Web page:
When did advertising get so small?
I’ve come around to agreeing that the best Super Bowl spot (above) only ran in Canada.
I don’t know about you, but I haven’t run into anyone in the advertising or marketing business who wasn’t hugely disappointed with the commercials that ran last Sunday. It made all of advertising seem tired, old and in need of a serious makeover.
Even among the 25 students in the class I teach at Boston University, consensus seemed to be that all we got were recycled ideas (Honda), agencies struggling to extend past successes (VW, Chrysler), and sad attempts to replace humor with something more sophisticated (Bud Platinum).
Granted, it’s difficult to make great advertising of any kind. Add the pressure, money, judgment and expectations of the Super Bowl and the challenge is 10-fold. And today, with everyone having a microphone to express his opinion, in real time no less, it’s unlikely we could ever get consensus on what constitutes great.
At a Brand Bowl kickoff last Friday, held at the Boston Globe’s innovation lab, 60 people previewed half a dozen spots. They texted their reaction so we could quickly gauge a winner. Interestingly nearly all the spots split the audience. A slight majority disliked Ferris. A twinge more than half gave the VW dog the thumps up. But nothing stood out or made a lasting impression.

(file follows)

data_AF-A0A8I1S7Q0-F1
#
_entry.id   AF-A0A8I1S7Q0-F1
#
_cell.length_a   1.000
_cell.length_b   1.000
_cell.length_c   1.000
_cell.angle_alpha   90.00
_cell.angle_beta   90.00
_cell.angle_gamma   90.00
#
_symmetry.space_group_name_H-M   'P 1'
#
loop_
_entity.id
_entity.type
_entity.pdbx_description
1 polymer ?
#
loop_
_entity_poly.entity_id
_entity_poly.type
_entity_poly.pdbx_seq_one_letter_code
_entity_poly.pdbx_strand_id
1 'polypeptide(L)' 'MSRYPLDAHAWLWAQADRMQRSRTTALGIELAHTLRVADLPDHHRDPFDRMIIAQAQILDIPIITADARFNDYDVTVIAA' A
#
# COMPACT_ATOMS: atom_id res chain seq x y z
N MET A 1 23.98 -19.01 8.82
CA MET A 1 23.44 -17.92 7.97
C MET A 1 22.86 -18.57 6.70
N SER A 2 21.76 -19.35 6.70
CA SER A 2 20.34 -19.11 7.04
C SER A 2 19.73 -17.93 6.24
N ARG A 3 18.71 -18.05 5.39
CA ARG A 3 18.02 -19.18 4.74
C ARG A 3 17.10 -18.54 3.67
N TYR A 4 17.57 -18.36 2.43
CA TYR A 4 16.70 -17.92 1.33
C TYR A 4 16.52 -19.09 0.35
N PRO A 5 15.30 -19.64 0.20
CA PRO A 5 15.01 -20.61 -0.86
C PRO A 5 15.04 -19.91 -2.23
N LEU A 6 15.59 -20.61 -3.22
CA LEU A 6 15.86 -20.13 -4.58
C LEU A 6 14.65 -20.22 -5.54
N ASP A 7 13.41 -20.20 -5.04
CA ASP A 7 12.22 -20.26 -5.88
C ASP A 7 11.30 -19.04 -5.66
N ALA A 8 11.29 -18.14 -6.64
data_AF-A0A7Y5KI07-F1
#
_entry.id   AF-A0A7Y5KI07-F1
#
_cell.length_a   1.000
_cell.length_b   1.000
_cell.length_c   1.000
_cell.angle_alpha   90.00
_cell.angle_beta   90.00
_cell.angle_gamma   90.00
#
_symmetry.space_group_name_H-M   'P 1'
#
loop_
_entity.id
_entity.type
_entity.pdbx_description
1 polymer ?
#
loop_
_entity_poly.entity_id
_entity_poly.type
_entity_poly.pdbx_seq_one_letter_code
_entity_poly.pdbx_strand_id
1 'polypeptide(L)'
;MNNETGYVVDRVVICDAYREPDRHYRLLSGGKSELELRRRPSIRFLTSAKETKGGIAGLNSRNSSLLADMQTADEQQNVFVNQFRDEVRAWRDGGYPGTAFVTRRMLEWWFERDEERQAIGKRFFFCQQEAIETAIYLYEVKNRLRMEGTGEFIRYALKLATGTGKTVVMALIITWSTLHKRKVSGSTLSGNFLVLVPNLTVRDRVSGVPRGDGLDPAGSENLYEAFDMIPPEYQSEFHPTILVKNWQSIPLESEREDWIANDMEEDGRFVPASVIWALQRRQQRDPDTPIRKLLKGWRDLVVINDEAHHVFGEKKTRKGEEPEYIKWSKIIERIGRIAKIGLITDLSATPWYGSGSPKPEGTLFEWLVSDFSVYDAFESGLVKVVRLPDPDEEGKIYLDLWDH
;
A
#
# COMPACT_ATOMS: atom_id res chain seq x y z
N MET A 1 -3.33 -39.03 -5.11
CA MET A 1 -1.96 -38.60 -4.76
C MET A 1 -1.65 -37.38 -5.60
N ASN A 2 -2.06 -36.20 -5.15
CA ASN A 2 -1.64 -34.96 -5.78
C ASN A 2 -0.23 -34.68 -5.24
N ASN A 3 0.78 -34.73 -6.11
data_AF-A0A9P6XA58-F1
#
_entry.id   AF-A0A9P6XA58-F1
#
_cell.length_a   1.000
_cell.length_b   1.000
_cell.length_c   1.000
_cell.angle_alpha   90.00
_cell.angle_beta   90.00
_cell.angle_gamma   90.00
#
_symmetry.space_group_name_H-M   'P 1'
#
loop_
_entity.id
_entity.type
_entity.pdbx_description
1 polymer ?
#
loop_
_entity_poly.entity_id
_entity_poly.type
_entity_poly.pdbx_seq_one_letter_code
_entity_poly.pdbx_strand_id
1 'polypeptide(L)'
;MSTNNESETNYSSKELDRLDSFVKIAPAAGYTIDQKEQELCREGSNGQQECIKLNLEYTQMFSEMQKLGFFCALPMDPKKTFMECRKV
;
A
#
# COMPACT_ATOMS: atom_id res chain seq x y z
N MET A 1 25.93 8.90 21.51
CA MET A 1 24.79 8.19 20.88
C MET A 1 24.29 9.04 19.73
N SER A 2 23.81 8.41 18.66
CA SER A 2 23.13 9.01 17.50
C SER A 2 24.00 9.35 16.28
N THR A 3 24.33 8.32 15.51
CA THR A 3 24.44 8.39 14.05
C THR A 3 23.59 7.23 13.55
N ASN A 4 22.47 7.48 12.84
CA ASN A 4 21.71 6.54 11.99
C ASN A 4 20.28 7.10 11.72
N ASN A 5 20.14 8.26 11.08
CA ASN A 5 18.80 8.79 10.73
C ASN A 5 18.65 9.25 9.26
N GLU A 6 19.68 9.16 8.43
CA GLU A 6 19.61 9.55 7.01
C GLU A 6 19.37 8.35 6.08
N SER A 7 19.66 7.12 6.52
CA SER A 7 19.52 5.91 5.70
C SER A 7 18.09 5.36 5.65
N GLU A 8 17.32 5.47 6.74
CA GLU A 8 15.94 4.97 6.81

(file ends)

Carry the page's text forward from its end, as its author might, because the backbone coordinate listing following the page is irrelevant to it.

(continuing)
Granted come game day consumers and viewers pay attention to the spots. By adding their two cents, they elevate brand mentions and visibility across all of the social channels. And as Mullen’s Brand Bowl revealed, classic advertising humor still works at inspiring volumes of chatter. Doritos generated tens of thousands of tweets and M&Ms proved that a new female character can charm the pants off viewers.
But is that good enough?
There was a time when advertising helped define pop culture. “I can’t believe I ate the whole thing,” or “Take it all off,” or “Wassup,” or “When I grow up,” were ideas that started with an ad and then migrated outwards. Today, however, most great ideas begin somewhere else. Hollywood. Silicon Valley. The app store.
That should bother anyone who still works in this business and be a challenge to the next generation ready to enter it. Maybe it’s too late. The new frontier has moved well beyond message based marketing to engagement, utility and collaboration. But it appears that good old advertising still has some role to play. And if it’s going to show up for a competition as fierce as the Super Bowl, it better start bringing its A-game.
All the spots: Ad Age
Non Brand Bowl analysis: Media Works
Charming to Smarmy: NY Times